There are facts and there are stories we tell about facts: Fact: He was late. Story: He was late because he doesn’t care. Facts create feelings only when you turn them into a story. Fact: I have x dollars in my bank account. Story: I have only x dollars in my bank account, and that should be different, and I’m scared I won’t have enough (in the future). Stories create feelings, and feelings drive actions and determine how we feel about life, ourselves, and others and where we put our energy. The ego is the aspect of ourselves that spins facts into stories, that holds particular beliefs, opinions, self-images, judgments, and desires. It is the programmed and conditioned aspect of ourselves. All stories, beliefs, and self-images belong to the ego and create the ego’s version of reality and the false self. Meanwhile, something else is here living, breathing, moving through life in a different way. It uses facts and the intellect, but it moves according to deeper drives and intentions that relate to the role we came here to play within the Whole.

Two Kinds of Desire

There are desires that come from the ego and desires, or intentions, that come from Essence. They are experienced similarly, as drives to do or say something that will help achieve that desire or intention. The main difference is that the ego tells stories about its desires and fuels them with emotions (e.g., “When I get this, everyone will look up to me”), while Essence simply moves us to do or say something that will bring about its intentions. When we are aligned with Essence, our actions and speech feel clear and clean, and they lead to the intended result, while listening to the egoic mind often leaves us feeling confused and conflicted about what we want and how to get what we want.

The other most obvious difference is that getting what the ego wants brings only brief satisfaction and happiness, while getting what Essence wants brings deep happiness and fulfillment. You know when you are aligned with Essence’s intentions by feelings of excitement, joy, fulfillment, peace, relaxation, and contentment. These same feelings may be present when the ego gets what it wants, but they are more like a lower octave of the feelings that arise from Essence, and they don't last.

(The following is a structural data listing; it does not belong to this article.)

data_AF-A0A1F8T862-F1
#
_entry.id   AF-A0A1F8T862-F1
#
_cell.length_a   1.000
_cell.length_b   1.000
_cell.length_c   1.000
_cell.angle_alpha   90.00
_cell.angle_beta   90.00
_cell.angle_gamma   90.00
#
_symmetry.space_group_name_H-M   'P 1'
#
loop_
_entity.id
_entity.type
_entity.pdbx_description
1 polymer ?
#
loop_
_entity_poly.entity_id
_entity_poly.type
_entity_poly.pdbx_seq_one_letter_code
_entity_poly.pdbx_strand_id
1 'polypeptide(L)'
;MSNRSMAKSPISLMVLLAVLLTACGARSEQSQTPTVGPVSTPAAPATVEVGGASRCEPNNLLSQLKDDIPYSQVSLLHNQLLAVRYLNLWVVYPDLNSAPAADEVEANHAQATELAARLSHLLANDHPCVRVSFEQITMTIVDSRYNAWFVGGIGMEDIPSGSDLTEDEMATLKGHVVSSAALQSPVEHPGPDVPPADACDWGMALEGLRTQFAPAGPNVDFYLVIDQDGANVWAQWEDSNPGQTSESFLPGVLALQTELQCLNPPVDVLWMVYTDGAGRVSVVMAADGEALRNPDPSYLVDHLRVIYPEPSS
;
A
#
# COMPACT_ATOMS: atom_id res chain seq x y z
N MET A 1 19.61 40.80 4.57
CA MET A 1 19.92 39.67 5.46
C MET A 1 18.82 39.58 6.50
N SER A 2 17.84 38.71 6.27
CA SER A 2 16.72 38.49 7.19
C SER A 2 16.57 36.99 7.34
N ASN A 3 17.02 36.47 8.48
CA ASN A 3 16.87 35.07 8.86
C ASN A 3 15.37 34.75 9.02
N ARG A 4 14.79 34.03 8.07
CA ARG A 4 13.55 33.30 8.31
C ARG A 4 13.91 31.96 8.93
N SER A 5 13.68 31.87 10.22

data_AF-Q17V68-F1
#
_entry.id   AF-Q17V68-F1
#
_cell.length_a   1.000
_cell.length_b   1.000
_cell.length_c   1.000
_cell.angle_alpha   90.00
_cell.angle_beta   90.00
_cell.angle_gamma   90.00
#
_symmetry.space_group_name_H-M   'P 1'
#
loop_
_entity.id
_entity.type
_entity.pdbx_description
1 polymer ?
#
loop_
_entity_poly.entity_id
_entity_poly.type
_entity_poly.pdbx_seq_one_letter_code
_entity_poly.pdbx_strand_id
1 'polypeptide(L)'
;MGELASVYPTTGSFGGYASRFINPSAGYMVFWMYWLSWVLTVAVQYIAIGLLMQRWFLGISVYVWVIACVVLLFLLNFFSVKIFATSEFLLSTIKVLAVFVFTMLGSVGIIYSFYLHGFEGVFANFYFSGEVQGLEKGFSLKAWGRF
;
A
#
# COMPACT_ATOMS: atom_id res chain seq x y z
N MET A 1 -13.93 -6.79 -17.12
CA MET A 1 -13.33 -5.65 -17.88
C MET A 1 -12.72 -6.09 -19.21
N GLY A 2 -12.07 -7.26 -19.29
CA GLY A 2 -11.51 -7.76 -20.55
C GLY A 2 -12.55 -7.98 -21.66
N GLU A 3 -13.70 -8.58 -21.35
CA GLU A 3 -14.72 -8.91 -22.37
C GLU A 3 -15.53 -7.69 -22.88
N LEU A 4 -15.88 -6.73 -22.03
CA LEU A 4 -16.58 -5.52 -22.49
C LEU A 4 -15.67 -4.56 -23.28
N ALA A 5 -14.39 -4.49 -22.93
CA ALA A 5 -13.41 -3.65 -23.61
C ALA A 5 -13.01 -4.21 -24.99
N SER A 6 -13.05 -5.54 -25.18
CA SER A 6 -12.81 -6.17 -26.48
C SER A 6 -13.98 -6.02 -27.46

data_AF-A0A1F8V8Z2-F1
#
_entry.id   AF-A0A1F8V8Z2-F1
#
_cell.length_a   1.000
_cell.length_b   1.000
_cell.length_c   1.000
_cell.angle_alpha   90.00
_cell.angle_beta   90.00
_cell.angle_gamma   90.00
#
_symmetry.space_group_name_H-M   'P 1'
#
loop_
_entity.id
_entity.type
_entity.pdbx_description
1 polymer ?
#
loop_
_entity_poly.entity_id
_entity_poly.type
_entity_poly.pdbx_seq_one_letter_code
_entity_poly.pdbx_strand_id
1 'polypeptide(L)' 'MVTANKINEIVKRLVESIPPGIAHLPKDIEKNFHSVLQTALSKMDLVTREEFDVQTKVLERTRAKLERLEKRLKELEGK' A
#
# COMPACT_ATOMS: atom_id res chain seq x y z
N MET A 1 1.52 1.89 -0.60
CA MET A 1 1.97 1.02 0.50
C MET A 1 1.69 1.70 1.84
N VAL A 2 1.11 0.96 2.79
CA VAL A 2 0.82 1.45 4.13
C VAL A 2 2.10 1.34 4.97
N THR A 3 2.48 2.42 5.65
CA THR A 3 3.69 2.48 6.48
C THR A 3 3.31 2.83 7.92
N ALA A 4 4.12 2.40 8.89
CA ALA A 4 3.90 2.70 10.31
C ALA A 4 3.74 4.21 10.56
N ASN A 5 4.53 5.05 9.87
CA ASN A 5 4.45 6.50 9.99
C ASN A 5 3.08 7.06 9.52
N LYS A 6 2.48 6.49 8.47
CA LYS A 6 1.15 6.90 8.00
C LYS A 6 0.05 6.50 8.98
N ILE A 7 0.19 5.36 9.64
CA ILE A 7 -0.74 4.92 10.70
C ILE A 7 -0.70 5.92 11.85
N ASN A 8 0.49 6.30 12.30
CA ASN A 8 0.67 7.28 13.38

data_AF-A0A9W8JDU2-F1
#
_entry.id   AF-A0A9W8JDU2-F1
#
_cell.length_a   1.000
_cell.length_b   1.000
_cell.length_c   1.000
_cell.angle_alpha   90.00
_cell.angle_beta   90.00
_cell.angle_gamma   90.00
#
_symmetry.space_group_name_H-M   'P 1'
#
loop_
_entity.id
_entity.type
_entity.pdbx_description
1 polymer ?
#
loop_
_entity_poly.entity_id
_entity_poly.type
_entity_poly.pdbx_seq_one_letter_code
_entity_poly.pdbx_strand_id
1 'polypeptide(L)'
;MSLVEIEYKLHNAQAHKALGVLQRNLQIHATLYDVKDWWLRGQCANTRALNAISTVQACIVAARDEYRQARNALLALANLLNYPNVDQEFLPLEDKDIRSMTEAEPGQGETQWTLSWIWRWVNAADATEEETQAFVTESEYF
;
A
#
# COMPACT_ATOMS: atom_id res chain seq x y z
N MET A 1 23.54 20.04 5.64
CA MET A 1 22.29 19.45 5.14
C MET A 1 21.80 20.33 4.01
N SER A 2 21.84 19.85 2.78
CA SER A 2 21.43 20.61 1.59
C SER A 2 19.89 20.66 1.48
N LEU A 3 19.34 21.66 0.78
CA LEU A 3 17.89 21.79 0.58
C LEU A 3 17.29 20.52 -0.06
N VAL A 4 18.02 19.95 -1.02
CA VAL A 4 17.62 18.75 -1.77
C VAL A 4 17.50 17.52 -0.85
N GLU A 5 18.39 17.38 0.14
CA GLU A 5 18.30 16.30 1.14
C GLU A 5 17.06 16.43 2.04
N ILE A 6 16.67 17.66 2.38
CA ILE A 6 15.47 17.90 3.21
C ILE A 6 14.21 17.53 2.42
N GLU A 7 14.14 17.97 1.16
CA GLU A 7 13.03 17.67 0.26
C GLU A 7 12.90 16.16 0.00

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Being Awake

Being awake is being aligned with our natural Self, which has no self-images or a face and is not trying to be anything or get anywhere. Being awake is just being—without all of the ideas about who you are or are not, without a story about where you or your life is going, and without dreams or a desire for anything other than what is here right now and experiencing whatever is being experienced.

Being awake is too simple to be of interest to the ego. Being awake just isn’t special enough for the ego. When you are awake—when you are just being—there is no sense of a me who can feel special. There’s neither feeling special nor not feeling special, but just being as it is being experienced now. That’s a bad deal for the ego, which would rather be a spiritual me who is trying to awaken than be awake and not exist!